TS6.4 14:54 Modeling and Step Response Analysis of Back-to-Back VSC for LFAC Transmission

Okechukwu EfobiWei LiAniruddha Gole and Mukesh K. Das (University of Manitoba, Canada)
Low frequency AC (LFAC) is being proposed as an intermediate transmission technology between HVAC and HVDC. It could be attractive as a means for connecting offshore wind farms to the grid, in lieu of VSC-HVDC. Its single converter station could even be located onshore. Because it could operate at a fraction of 50/60 Hz frequency, LFAC could transfer significantly more power and for longer distances, without compensation, than HVAC. Unlike HVDC, LFAC could have the advantage of employing conventional AC circuit breakers for fault current interruption. Thus, it could be readily used for multi-terminal connections. This paper presents state space modeling of an ideal back-to-back VSC (frequency converter). Eigenvalues of the linearized model are used for stability and step response analysis of the converter. PSCAD/EMTDC simulations are then used to verify the accuracy of the derived model. This state space model could be applied in the analysis of LFAC systems.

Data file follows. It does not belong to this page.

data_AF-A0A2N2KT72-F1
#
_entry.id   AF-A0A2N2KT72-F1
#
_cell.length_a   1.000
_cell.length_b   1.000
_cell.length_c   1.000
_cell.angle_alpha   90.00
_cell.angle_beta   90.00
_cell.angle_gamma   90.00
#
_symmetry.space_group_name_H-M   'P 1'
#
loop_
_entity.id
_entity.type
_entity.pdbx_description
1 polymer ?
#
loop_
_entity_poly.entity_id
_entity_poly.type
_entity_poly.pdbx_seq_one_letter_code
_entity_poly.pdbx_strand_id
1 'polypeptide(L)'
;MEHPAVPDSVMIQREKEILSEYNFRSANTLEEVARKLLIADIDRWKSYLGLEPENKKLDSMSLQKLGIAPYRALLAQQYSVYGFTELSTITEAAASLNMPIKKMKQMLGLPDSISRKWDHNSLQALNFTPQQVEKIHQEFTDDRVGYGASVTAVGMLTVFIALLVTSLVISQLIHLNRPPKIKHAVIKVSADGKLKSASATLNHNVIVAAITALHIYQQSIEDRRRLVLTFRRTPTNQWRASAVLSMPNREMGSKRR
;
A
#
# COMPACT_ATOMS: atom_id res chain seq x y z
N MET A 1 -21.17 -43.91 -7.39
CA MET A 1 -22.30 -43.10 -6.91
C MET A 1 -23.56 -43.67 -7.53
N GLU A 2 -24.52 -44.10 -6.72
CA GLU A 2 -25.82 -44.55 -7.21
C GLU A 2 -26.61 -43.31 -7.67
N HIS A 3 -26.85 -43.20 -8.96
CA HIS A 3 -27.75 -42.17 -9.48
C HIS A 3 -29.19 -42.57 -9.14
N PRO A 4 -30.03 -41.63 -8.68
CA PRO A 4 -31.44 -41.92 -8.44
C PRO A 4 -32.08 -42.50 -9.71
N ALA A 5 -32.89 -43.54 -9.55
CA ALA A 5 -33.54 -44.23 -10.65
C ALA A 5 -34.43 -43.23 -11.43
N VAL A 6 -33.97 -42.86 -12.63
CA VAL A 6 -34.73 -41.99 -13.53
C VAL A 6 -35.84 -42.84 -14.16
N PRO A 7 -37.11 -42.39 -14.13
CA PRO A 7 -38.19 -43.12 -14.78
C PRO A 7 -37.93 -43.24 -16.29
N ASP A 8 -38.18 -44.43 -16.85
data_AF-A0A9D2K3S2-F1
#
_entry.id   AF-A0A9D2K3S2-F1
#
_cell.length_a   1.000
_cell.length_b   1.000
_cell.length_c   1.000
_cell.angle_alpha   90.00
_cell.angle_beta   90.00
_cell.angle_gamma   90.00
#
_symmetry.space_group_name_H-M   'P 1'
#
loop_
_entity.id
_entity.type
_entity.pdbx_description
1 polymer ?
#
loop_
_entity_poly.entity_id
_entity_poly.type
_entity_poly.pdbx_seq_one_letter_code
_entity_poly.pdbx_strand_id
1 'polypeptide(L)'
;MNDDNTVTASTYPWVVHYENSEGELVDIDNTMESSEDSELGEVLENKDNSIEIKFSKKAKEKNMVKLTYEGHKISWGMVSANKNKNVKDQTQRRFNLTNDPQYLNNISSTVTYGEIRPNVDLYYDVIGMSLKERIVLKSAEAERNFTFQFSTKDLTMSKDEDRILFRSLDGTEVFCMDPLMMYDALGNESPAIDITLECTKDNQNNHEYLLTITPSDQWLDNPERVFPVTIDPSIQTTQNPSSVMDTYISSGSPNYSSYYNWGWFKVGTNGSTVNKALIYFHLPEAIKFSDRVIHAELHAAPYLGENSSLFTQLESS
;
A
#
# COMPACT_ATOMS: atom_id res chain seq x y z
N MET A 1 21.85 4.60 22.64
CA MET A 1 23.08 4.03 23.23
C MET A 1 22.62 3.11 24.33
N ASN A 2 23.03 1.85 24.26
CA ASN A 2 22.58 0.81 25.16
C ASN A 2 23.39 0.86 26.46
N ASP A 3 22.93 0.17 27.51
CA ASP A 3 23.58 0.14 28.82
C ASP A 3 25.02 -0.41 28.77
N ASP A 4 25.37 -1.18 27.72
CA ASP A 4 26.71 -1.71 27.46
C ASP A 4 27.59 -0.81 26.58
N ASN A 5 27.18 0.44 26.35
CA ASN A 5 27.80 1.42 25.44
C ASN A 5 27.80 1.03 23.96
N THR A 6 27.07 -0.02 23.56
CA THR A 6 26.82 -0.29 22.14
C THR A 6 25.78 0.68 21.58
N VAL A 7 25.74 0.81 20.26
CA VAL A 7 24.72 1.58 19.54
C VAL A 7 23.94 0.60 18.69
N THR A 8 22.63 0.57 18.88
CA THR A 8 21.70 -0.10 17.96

TS7: Power System Economics, 16:00-17:30, International II

TS7.1 16:00 On the Importance of Detailed Thermal Modeling for Price Forecasting in Hydro-Thermal Power Systems

Mari Haugen (SINTEF Energy Research, Norway); Arild Helseth (Sintef Energy Research, Norway); Stefan Jaehnert and Birger Mo (SINTEF Energy Research, Norway); Hossein Farahmand and Christian Naversen (Norwegian University of Science and Technology (NTNU), Norway)